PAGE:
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Eat less meat

These days, everyone seems to be concerned about water conservation, so I’d like to offer an important water-saving tip: Eat less meat. It takes 2,500 gallons of water (“Diet for a New America,” p. 367 of the paperback edition) – about as much as a Bay Area family’s total weekly water usage (according to City of Palo Alto Utilities) – to produce one pound of beef. Thus, assuming one pound of beef uses 2,500 gallons and assuming an eight-minute shower uses 2.5 gallons per minute (a typical low-flow showerhead) every time you skip a quarter-pound beef patty, you save enough water to shower daily for a month.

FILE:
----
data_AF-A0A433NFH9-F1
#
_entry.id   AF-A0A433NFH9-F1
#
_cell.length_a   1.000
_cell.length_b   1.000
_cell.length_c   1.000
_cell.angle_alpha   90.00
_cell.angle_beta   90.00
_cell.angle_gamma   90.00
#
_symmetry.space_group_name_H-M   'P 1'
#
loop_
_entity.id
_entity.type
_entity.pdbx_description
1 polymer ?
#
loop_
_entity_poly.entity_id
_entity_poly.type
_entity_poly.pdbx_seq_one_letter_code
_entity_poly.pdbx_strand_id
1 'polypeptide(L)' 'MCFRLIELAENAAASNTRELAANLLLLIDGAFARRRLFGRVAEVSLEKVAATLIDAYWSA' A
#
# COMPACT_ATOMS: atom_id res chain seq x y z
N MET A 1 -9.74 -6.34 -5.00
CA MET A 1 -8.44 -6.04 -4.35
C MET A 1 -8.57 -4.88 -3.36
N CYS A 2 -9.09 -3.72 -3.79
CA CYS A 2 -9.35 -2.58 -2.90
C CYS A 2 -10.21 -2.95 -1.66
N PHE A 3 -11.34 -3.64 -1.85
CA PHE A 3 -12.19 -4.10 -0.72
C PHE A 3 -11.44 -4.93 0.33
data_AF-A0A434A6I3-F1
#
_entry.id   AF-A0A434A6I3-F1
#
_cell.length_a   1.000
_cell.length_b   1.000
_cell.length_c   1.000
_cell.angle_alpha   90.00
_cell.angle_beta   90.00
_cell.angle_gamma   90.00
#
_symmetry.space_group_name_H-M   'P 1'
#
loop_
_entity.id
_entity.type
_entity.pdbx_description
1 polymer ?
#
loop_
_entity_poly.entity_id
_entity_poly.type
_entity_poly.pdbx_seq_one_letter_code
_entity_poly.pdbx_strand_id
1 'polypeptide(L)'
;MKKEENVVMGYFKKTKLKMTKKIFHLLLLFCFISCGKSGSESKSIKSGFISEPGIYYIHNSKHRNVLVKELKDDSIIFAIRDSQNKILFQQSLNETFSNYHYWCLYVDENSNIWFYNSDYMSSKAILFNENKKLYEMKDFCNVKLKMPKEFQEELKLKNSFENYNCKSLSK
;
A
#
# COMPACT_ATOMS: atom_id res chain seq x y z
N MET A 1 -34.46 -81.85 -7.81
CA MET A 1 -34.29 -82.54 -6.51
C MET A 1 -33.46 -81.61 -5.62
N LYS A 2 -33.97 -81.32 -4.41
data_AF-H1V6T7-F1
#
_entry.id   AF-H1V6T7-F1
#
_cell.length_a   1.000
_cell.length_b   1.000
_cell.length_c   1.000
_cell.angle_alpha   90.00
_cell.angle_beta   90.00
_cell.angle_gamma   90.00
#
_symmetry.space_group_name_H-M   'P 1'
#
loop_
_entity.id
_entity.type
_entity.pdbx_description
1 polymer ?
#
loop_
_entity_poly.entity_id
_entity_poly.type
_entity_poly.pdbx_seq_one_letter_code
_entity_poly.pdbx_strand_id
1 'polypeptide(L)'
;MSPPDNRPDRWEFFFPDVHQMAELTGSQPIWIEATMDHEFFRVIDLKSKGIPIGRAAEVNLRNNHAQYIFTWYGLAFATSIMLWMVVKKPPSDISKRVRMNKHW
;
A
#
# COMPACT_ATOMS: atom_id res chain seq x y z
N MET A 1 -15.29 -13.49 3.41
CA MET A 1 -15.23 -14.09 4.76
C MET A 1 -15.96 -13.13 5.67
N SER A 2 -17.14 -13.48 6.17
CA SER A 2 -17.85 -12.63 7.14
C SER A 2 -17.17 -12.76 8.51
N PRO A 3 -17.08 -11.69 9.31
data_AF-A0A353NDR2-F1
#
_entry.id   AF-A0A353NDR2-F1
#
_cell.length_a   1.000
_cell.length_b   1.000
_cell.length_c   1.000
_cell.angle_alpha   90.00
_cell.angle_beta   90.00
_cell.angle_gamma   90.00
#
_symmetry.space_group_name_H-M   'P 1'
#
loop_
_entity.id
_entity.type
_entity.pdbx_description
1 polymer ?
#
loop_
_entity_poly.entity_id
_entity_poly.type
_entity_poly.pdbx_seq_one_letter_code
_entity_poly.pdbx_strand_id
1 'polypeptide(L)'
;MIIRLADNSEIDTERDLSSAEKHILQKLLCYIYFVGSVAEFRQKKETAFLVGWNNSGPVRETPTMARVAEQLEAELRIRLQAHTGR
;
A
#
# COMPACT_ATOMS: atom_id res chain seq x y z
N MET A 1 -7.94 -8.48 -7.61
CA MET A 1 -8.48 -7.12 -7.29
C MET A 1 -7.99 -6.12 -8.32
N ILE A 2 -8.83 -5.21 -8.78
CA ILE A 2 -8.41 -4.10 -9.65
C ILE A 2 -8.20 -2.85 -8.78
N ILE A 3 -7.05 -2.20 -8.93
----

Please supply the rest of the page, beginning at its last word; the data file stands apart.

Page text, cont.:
Our dietary choices have a huge impact on water consumption. Producing a day’s food for a meat-eater takes more than 4,000 gallons of water (“Diet for a New America,” p. 367 of the paperback edition), but a pure vegetarian needs just 300 gallons. You can take shorter showers and stop watering your lawn, or you can have a much bigger impact by cutting back on meat.

Lisa Towell



Los Altos


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